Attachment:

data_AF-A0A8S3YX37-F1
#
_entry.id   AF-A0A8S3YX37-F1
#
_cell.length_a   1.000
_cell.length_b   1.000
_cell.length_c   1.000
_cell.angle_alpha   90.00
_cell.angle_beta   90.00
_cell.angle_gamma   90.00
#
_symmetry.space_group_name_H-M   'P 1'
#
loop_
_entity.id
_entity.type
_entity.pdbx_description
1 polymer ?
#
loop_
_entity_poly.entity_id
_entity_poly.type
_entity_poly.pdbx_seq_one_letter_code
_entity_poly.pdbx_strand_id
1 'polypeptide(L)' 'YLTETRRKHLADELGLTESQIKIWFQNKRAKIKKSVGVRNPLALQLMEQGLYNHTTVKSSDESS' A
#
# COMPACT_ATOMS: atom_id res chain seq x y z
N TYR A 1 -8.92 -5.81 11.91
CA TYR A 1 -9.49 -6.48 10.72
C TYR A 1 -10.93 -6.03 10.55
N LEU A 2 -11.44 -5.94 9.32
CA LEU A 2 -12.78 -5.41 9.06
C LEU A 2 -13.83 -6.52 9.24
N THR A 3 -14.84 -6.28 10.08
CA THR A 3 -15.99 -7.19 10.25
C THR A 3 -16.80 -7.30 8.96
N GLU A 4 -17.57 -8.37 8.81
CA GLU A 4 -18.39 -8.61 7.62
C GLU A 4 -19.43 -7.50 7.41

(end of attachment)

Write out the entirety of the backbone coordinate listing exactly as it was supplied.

data_AF-A0A8S3YX37-F1
#
_entry.id   AF-A0A8S3YX37-F1
#
_cell.length_a   1.000
_cell.length_b   1.000
_cell.length_c   1.000
_cell.angle_alpha   90.00
_cell.angle_beta   90.00
_cell.angle_gamma   90.00
#
_symmetry.space_group_name_H-M   'P 1'
#
loop_
_entity.id
_entity.type
_entity.pdbx_description
1 polymer ?
#
loop_
_entity_poly.entity_id
_entity_poly.type
_entity_poly.pdbx_seq_one_letter_code
_entity_poly.pdbx_strand_id
1 'polypeptide(L)' 'YLTETRRKHLADELGLTESQIKIWFQNKRAKIKKSVGVRNPLALQLMEQGLYNHTTVKSSDESS' A
#
# COMPACT_ATOMS: atom_id res chain seq x y z
N TYR A 1 -8.92 -5.81 11.91
CA TYR A 1 -9.49 -6.48 10.72
C TYR A 1 -10.93 -6.03 10.55
N LEU A 2 -11.44 -5.94 9.32
CA LEU A 2 -12.78 -5.41 9.06
C LEU A 2 -13.83 -6.52 9.24
N THR A 3 -14.84 -6.28 10.08
CA THR A 3 -15.99 -7.19 10.25
C THR A 3 -16.80 -7.30 8.96
N GLU A 4 -17.57 -8.37 8.81
CA GLU A 4 -18.39 -8.61 7.62
C GLU A 4 -19.43 -7.50 7.41